COVID-19 Nutrition fallout in wake of pandemic

Impact of COVID-19 Nutrition fallout in wake of pandemic

Context – The COVID-19 crisis has affected the Mid-Day Meal (MDM) Scheme, threatening the food security of children from underprivileged communities.

What are the key findings of recent Global Hunger Index (GHI) report?

Alarming situation for India-

  • India has been ranked at 94 among 107 countries in the Global Hunger Index (GHI) 2020. The country’s score of 27.2 is the worst among BRICS countries, and inferior to Pakistan, Sri Lanka, Bangladesh and Nepal.
  • India’s child wasting rate was extremely high at 20.8% – the highest.
  • The child stunting rate in India was 37.4 %,
  • The child wasting was at 17.3 %.
  • The undernourishment rate of India was at 14% and child mortality at 3.7 %.
  • India already far out in terms of achieving the ‘Zero Hunger’ goal.

What are the impacts of pandemic on food security of child?

Food security concerns due to pandemic-

  1. Loosing school meals– A real-time monitoring tool estimated that as of April 2020, the peak of school closures, 369 million children globally were losing out on school meals, majority were in India.
    • For children from vulnerable households, their only proper meal is the one they get at school.
  1. Inefficiency in policy implementation– The Government of India announced hot-cooked mid-day meal or dry ration for eligible school-going children even during pandemic. However, States were still struggling to implement this.
    • Dry ration distributions in lieu of school meals were irregular and started only in late May.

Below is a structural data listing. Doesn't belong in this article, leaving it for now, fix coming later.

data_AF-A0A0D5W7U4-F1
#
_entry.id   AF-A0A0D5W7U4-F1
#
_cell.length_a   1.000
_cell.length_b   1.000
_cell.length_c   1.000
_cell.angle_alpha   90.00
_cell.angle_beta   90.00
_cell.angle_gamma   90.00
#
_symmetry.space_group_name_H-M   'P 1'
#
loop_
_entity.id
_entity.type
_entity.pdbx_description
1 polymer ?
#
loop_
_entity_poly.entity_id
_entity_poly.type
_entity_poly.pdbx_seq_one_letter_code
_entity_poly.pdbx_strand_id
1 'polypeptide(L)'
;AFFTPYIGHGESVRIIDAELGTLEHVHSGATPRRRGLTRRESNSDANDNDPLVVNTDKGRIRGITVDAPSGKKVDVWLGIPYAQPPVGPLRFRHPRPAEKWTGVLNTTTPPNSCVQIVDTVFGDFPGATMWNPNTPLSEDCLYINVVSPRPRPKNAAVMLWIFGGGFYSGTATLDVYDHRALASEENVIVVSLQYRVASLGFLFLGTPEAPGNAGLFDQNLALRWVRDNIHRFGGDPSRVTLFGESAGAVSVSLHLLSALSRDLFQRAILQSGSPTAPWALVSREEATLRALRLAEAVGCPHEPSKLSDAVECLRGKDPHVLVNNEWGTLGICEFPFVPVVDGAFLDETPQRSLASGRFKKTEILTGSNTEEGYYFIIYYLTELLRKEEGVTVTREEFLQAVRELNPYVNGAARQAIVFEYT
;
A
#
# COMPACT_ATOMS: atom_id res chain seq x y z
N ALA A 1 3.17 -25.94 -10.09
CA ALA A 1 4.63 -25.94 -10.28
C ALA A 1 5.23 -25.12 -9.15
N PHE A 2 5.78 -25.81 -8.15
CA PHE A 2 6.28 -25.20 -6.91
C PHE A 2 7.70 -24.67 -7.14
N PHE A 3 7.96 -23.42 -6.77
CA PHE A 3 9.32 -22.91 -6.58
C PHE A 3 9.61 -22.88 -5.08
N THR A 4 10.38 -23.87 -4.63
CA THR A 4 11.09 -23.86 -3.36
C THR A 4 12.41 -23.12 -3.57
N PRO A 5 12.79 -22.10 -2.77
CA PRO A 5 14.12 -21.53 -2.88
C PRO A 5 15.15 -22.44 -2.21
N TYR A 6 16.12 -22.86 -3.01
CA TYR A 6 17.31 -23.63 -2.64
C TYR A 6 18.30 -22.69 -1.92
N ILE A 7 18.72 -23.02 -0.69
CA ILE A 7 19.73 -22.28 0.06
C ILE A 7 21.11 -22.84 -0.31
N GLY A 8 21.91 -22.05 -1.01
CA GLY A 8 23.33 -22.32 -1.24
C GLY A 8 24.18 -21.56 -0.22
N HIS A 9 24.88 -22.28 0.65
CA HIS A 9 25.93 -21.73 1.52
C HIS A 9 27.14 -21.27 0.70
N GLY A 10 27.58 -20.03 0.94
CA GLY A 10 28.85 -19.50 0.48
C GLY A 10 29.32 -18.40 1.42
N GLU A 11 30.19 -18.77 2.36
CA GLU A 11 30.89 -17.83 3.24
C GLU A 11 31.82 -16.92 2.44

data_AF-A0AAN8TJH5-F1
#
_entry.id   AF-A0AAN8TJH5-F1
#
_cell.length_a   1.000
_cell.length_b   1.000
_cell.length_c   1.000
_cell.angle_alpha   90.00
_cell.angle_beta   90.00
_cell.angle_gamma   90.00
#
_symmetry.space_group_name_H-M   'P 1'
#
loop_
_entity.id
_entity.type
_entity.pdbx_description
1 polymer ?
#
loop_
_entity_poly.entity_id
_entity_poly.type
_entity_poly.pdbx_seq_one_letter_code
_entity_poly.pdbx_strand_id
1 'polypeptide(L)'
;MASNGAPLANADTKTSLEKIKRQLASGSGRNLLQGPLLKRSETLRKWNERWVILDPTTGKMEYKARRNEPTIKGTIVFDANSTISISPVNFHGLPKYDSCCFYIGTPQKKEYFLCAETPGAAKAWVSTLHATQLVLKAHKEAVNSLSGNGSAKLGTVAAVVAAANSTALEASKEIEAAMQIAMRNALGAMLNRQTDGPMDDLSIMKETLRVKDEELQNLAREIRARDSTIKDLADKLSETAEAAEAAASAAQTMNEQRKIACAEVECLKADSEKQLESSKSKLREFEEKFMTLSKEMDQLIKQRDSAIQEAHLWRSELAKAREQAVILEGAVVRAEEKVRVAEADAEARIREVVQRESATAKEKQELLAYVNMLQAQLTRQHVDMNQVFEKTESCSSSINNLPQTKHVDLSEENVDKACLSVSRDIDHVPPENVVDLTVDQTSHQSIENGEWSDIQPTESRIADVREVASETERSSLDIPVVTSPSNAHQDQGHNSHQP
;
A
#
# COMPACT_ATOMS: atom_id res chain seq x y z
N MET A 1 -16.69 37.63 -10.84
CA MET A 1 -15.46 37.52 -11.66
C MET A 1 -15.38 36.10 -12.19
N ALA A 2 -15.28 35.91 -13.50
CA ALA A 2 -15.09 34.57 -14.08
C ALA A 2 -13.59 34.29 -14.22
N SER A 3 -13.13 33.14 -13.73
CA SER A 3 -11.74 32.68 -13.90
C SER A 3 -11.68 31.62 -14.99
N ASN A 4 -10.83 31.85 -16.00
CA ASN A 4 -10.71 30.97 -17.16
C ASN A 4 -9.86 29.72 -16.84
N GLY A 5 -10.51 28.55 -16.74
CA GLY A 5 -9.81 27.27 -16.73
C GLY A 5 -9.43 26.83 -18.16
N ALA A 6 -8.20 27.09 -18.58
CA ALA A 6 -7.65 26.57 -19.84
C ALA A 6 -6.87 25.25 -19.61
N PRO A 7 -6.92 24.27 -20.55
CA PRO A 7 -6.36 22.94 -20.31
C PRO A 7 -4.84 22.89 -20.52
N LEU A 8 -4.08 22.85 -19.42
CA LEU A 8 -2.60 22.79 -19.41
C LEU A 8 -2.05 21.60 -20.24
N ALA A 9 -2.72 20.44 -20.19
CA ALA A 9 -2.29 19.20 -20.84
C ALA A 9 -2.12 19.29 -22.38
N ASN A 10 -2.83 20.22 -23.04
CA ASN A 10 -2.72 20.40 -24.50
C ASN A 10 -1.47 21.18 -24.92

• The offtake of grains under MDMS from FCI during April and May, 2020 was 22%, lower than the corresponding offtake during April and May, 2019.
  1. Children engaging in labor activity to supplement the fall in family incomes in vulnerable households.
    • There is a risk that some children may not even return to schools when they reopen.

What are the possible solutions required?

  1. Diverse diet- Nourishment through a diverse diet that includes fat, protein and micronutrients.
  2. Link local farmers with MDMS – Smallholder farmers can supply cereals, vegetables and eggs to local schools, which could diversify production and farming systems, transform rural livelihoods and the local economy, and fulfill the ‘Atmanirbhar Poshan’.
    • Locally produced vegetables and fruits may be added to the MDMS, also providing an income to local farmers.
  1. New Initiatives under MDMS- School Nutrition (Kitchen) Garden under MDMS to provide fresh vegetables for mid-day meals.
  2. Awareness program- The adequate awareness about of the availability of the scheme related to MDMS is needed for its proper implications.
  3. The missed mid-day meal entitlement for April-may should be provided to children as dry ration with retrospective effect.

Way forward-

  • With continuing uncertainty regarding the reopening of schools, innovation is similarly required to ensure that not just food, but nutrition is delivered regularly to children.
  • Strict measures are needed to ensure that the Public Distribution System (PDS) is accessible to all, especially the vulnerable.
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